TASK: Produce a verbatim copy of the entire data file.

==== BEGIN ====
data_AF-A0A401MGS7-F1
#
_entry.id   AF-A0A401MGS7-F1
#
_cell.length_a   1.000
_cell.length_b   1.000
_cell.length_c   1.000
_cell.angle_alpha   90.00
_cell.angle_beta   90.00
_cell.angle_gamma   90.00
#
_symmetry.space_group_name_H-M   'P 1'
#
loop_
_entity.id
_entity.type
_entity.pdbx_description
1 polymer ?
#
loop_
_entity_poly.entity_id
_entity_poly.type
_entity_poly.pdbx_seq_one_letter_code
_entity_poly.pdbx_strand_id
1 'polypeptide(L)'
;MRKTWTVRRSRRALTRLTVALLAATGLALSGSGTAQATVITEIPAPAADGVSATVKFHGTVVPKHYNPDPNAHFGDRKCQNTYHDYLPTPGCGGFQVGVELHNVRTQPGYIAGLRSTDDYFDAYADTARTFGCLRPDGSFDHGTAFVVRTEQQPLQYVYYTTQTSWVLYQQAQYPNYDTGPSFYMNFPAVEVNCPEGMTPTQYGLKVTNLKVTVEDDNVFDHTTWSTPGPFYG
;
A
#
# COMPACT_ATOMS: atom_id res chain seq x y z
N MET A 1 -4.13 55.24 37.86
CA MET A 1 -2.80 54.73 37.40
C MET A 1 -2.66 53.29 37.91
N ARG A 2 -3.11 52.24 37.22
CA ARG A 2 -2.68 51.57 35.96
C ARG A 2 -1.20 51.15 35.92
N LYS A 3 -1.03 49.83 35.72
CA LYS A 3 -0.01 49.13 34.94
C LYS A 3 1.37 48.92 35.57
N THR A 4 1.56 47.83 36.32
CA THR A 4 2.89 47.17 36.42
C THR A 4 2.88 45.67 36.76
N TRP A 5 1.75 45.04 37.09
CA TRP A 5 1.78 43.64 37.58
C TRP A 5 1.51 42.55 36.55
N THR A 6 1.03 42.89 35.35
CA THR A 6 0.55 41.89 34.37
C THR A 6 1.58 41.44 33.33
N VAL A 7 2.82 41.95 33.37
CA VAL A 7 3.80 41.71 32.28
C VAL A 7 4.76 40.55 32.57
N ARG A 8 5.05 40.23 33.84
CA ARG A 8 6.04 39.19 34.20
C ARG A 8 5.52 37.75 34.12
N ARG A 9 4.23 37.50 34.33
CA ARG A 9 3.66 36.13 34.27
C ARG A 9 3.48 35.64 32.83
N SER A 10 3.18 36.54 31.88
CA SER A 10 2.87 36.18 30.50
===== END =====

data_AF-A0A401MGS7-F1
#
_entry.id   AF-A0A401MGS7-F1
#
_cell.length_a   1.000
_cell.length_b   1.000
_cell.length_c   1.000
_cell.angle_alpha   90.00
_cell.angle_beta   90.00
_cell.angle_gamma   90.00
#
_symmetry.space_group_name_H-M   'P 1'
#
loop_
_entity.id
_entity.type
_entity.pdbx_description
1 polymer ?
#
loop_
_entity_poly.entity_id
_entity_poly.type
_entity_poly.pdbx_seq_one_letter_code
_entity_poly.pdbx_strand_id
1 'polypeptide(L)'
;MRKTWTVRRSRRALTRLTVALLAATGLALSGSGTAQATVITEIPAPAADGVSATVKFHGTVVPKHYNPDPNAHFGDRKCQNTYHDYLPTPGCGGFQVGVELHNVRTQPGYIAGLRSTDDYFDAYADTARTFGCLRPDGSFDHGTAFVVRTEQQPLQYVYYTTQTSWVLYQQAQYPNYDTGPSFYMNFPAVEVNCPEGMTPTQYGLKVTNLKVTVEDDNVFDHTTWSTPGPFYG
;
A
#
# COMPACT_ATOMS: atom_id res chain seq x y z
N MET A 1 -4.13 55.24 37.86
CA MET A 1 -2.80 54.73 37.40
C MET A 1 -2.66 53.29 37.91
N ARG A 2 -3.11 52.24 37.22
CA ARG A 2 -2.68 51.57 35.96
C ARG A 2 -1.20 51.15 35.92
N LYS A 3 -1.03 49.83 35.72
CA LYS A 3 -0.01 49.13 34.94
C LYS A 3 1.37 48.92 35.57
N THR A 4 1.56 47.83 36.32
CA THR A 4 2.89 47.17 36.42
C THR A 4 2.88 45.67 36.76
N TRP A 5 1.75 45.04 37.09
CA TRP A 5 1.78 43.64 37.58
C TRP A 5 1.51 42.55 36.55
N THR A 6 1.03 42.89 35.35
CA THR A 6 0.55 41.89 34.37
C THR A 6 1.58 41.44 33.33
N VAL A 7 2.82 41.95 33.37
CA VAL A 7 3.80 41.71 32.28
C VAL A 7 4.76 40.55 32.57
N ARG A 8 5.05 40.23 33.84
CA ARG A 8 6.04 39.19 34.20
C ARG A 8 5.52 37.75 34.12
N ARG A 9 4.23 37.50 34.33
CA ARG A 9 3.66 36.13 34.27
C ARG A 9 3.48 35.64 32.83
N SER A 10 3.18 36.54 31.88
CA SER A 10 2.87 36.18 30.50